The 10.25-inch digital dashboard display, though, is less of a victory. Its somewhat essential setup seems better fitted to the 1 Series than the 8 Series, for instance, but the level of functionality balanced to what Mercedes-Benz and Audi offer is requiring. Users aren’t able to cycle the whole screen by various modes, rather than viewing only a short part change preferably.

Peugeot 206 vs BMW 1 Series: Running Costs & MPG

Peugeot 206

The tiny Peugeot enjoys extended service periods, aggressive insurance, and a moderate range of engines. Its opposition to depreciation is better than ordinary but charges for some parts can be costly.

The 206 is a moderately environmentally-friendly model and with a standard of 143g/km of CO2 across the model line-up, its emissions are comparably cheap for a little car. Eco-conscious consumers should analyze the 1.4-liter diesel, which is one of the youngest models in the series shooting 116g/km of CO2 and averaging 64mpg.

The 206 points to be mechanically strong and old Peugeots have respect for enduring well, but it will receive a bit tatty with age as interior elements are fairly cheap. There have been various evokes too, so it’s worth investigating with VOSA and making sure that any possible investment has had the important work conducted out.

BMW 1 Series

Unsurprisingly, the BMW brand brings a premium listing cost with the most affordable 1 Series significantly more costly than an entry-level Ford Focus or Volkswagen Golf.

The most economical petrol 1 Series is the three-cylinder 118i, delivering a deserved common fuel consumption figure of up to 47.1mpg. This conflicts profoundly with the performance M135i xDrive model that achieves 35.3mpg – still a moderate return for a 306hp hot hatchback.


Opt for a diesel model and you can anticipate up to 61.4mpg from the 116d, 60.1mpg from the 118d, and 51.4mpg from the 120d xDrive. As with all fuel economy figures, real-world results vary due to parts such as driving style and the size of the wheel implemented in your car.

Spend your cash on the 116d and CO2 emissions occur in at as small as 100g/km of CO2, while the 118d isn’t far behind on 108g/km. Meanwhile, the automatic, all-wheel-drive-only 120d xDrive generates 117g/km. For petrol variants, the 118i gives a minimum of 114g/km of CO2, while the M135i xDrive sees a large jump to 155g/km.

Peugeot 206 vs BMW 1 Series: Engine

Peugeot 206

There’s a nice selection of engines in the 206 fields beginning with the entry-level 1.1-liter petrol with the only 60bhp. It’s adequate about town but not a good choice for larger drives, rather seem to the 1.4-liter with 75bhp (from 2003 this was upgraded to a 16v version with 90bhp). Nevertheless, our decision of the patrols is the 1.6-liter unit – the 16-valve model from 2000 being more sought after.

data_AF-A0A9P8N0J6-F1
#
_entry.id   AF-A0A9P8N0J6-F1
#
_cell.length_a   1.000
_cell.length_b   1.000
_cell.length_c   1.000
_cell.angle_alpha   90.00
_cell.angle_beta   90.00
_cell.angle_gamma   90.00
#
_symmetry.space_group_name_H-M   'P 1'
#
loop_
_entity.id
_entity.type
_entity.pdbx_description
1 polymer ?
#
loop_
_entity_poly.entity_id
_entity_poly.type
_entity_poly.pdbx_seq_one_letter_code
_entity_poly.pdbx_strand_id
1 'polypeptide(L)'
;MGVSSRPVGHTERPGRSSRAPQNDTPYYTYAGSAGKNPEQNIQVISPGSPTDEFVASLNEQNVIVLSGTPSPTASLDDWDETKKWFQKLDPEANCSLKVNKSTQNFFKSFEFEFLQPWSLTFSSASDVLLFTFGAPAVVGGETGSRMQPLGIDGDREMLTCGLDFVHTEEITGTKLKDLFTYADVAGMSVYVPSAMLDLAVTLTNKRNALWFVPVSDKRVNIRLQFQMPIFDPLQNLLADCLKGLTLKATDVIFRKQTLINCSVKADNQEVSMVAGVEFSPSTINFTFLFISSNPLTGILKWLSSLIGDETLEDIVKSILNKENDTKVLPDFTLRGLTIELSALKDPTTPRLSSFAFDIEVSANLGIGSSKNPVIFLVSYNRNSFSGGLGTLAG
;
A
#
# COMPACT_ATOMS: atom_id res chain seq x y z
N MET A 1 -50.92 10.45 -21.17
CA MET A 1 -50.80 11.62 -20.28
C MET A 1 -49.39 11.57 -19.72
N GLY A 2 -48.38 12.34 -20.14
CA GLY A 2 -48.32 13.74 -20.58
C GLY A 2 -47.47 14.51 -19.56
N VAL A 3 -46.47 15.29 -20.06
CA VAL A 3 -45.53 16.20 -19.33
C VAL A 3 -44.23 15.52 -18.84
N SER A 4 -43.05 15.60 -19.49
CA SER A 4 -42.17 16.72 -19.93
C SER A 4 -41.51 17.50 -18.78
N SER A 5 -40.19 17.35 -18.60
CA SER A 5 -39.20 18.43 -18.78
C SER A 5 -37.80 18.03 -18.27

It’s peppy and revs easily giving honest performance although like the smaller engines it will get loud when pushed hard. The diesel strikes more although it’s best to avoid the older 1.9D which is an unpolished throwback with just 70bhp. The 1.4-liter HDi is better and the most economical in the field, equalizing 64mpg, though, it can seem slow.


But the best engine in the field for performance and economy is the 1.6HDi with 110bhp (that was launched in 2004 and only available as a GTi). It’s still, fairly smooth, and gives a powerful in-gear pace. Before the 1.6-liter, Peugeot gave a 2.0HDi but this only claims 90bhp – yet, it’s a good motorway cruiser.

The 206 is safe and comfortable to drive with light controls. This has its limitations on more difficult roads though where the overly assisted power steering robs the driver of any quality and there’s refined little feedback. That’s a disgrace as the handling is well set up and the 206 edges neatly with good levels of grip while the body roll is somewhat controlled.

The slack five-speed gearbox is a great misery though and only continues to the low-rent feel plus the trip can be a few crashy, particularly on the sportier models.

BMW 1 Series

From launch, the BMW 1 Series is available with two petrol and three diesel engines. Most models are front-wheel drive, while xDrive all-wheel drive is also available. Note that this is a notable difference from the previous-generation 1 Series, which often utilized a rear-wheel-drive platform. For most customers, the variety offers a slight variation to how the car handles.

The BMW 118i indicates a three-cylinder 1.5-liter turbocharged petrol engine delivering 140hp and 220Nm of torque. Good for 0-62mph in a punchy 8.5 seconds, it’s available in the front-wheel-drive form with either a six-speed manual or seven-speed dual-clutch automatic transmission. The top speed is estimated at 132mph.


If you’re after the most mighty BMW 1 Series currently on sale, the M135i xDrive delivers 306hp and 450Nm of torque from a four-cylinder 2.0-liter petrol engine. Acceleration from 0-62mph takes 4.8 seconds while top speed is 155mph. As per the title, the M135i is an all-wheel-drive only and begins with the seven-speed Steptronic automatic gearbox.

Beating off the diesel series is the 1.5-liter four-cylinder 116d delivering 116hp and 270Nm of torque. Available in the front-wheel-drive form with either a six-speed manual or seven-speed dual-clutch automatic transmission, 0-62mph takes 10.1 seconds while top speed appears at 124mph.


Following up is the big-selling 118d. Utilizing a four-cylinder 2.0-liter diesel engine, it delivers 150hp and 350Nm of torque, providing a 0-62mph time of 8.4 seconds and a top speed of 135mph. The front-wheel-drive alone, gearbox selection is within the six-speed manual and seven-speed dual-clutch automatic.

Side by Side Comparison

FeaturesPeugeot 206BMW 1 Series
valves per cylinder2 valves per cylinder4 valves per cylinder
Piston stroke82 mm94.6 mm
cylinder bore73.7 mm82 mm
engine power68 hp / 50 kW136 hp / 100 kW
torque160 Nm @ 2000 rpm220 Nm @ 1400-4300 rpm
acceleration from 0 to 60 mph13.8 sec 9.4 sec
top speed166 km/h / 103 mph212 km/h / 132 mph
engine capacity1398 cc1499 cc
fuel consumption4.0 L/100 km / 58.8 mpg5.9 L/100 km / 39.9 mpg